The program "Origins of Correlations in High Energy Collisions" focused on the physical origins of multi-particle correlations in high energy collisions of hadrons and nuclei, as well as in electron-hadron/nucleus collisions. Strong focus lay on the understanding of 2- and 4- particle correlations in collisions of protons with heavy nuclei (and other protons) at RHIC and LHC, as well as in collisions of other very light nuclei with heavy nuclei at RHIC.. Read more...

March 18 - April 19, 2019 : Quantum Turbulence: Cold Atoms, Heavy Ions, and Neutron Stars

A. Bulgac, M. Forbes, B. Haskell

Turbulence phenomena are characterized by cascades and inverse cascades of energy through different length scales. Quantum superfluids, despite being dissipationless, also exhibit turbulent phenomena which is typically characterized by the creation and dynamics of topological defects such as superfluid vortices and vortex rings. . Read more...

In the News

In this work, we have searched for the interaction of dark matter particles with pions in atomic nuclei, manifested as characteristic xenon nuclear recoils in the XENON1T data. Our analysis finds no evidence for a dark matter-pion interaction, but sets the first limit on its strength. Previous analyses only considered the interaction of dark matter with individual nucleons, but nucleons interact due to the strong nuclear force, which arises for example from the exchange of virtual pions. A putative dark matter particle could then scatter off these pions, an interaction we have constrained for the first time. Read more...

Zohreh Davoudi, a former INT and Nuclear Theory graduate student and currently an assistant professor of physics at the University of Maryland, has been awarded a 2019 Sloan Research Fellowship. Granted by the Alfred P. Sloan Foundation, this award identifies 126 early-career scientists every year based on their potential to contribute fundamentally significant research to the wider academic community. Read more...

The American Physical Society awarded its 2019 Lars Onsager Prize to Christopher Jarzynski, a former INT post-doctoral fellow and currently a Distinguished University Professor in the University of Maryland’s Department of Chemistry and Biochemistry, Department of Physics, and Institute for Physical Science and Technology (IPST). Jarzynski will receive the prize, which recognizes outstanding research in theoretical statistical physics, at the society’s March Meeting 2019 in Boston. Read more...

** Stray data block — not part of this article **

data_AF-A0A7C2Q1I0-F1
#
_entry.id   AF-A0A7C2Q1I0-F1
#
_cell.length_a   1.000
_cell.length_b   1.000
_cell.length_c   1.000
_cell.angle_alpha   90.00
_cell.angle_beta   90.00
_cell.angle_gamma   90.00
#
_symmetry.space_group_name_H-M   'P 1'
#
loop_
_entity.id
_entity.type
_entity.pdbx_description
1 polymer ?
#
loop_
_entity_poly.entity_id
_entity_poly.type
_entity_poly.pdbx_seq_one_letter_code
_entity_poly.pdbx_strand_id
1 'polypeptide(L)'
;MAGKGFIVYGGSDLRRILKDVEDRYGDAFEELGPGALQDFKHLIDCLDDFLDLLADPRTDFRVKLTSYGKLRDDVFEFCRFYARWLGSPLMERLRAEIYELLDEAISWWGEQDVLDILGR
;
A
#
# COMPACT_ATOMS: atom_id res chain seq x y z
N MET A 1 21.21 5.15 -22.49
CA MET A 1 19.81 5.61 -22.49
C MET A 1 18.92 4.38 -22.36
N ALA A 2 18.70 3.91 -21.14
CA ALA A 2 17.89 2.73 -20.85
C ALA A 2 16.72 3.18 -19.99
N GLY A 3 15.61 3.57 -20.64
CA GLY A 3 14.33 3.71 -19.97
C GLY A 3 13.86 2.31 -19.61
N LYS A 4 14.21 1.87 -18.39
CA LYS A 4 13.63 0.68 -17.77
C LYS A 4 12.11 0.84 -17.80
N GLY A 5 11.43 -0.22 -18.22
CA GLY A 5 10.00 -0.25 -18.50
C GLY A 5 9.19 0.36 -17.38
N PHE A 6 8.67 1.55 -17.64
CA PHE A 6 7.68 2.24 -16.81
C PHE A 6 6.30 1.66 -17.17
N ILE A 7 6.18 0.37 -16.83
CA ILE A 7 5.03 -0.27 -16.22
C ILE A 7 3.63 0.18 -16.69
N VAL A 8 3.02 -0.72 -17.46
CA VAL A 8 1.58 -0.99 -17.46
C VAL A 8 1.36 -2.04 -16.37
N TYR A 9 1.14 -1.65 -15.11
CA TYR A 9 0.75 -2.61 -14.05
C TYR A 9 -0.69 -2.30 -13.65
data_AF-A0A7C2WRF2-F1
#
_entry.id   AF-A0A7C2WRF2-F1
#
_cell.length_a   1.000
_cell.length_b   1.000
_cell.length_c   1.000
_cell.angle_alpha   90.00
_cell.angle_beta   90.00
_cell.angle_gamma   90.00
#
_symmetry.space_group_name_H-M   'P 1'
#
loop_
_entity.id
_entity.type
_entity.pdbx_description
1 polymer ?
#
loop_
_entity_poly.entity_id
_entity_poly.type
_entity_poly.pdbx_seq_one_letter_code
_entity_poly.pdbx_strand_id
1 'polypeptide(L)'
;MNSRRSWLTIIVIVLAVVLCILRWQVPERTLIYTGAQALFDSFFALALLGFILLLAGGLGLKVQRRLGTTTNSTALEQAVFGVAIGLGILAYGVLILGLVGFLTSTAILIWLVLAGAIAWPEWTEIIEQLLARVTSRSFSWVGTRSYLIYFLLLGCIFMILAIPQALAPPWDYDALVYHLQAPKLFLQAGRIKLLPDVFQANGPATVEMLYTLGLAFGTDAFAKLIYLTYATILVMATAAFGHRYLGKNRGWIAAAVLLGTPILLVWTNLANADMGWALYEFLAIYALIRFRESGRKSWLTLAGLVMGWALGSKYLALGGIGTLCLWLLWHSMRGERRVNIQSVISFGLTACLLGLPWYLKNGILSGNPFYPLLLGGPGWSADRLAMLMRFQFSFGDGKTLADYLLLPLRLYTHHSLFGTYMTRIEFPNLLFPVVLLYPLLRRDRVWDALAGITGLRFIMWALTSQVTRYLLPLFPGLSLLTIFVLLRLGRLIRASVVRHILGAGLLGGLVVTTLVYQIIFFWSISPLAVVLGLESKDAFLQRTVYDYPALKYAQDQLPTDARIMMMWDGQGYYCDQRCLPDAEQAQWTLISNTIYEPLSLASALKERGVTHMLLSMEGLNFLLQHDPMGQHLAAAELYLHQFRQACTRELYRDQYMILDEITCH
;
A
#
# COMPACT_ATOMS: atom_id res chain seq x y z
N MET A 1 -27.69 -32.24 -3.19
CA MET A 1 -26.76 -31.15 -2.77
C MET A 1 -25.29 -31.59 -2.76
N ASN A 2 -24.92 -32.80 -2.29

International Day of Women and Girls in Science - 2019.

A wonderful presentation by Professor Assumpta Parreno. Assumpta is the Deputy Director of the Institut de Ciencies del Cosmos at the Universitat de Barcelona in Spain, and early in her career was a Postdoctoral Fellow at the INT.

The US's plan for quantum computing and quantum information science. From the dynamics of non-equilibrium matter in the early universe to the structure of nuclei, QC and QIS may provide is expected to provide a quantum advantage over classical computation in the future.

2018 Nobel Prize in Physics

“For groundbreaking inventions in the field of laser physics” with one half to Arthur Ashkin “for the optical tweezers and their application to biological systems” and the other half jointly to Gérard Mourou and Donna Strickland “for their method of generating high-intensity, ultra-short optical pulses”. [Nobel website]

This particle tracker offers the first direct measurement, at the Relativistic Heavy Ion Collider (RHIC), of how charm quarks are caught up in the flow of a primordial quark-gluon ``plasma'' -- a liquid-like matter that mimics the conditions of the early universe moments after the Big Bang. [DOE Science Highlight]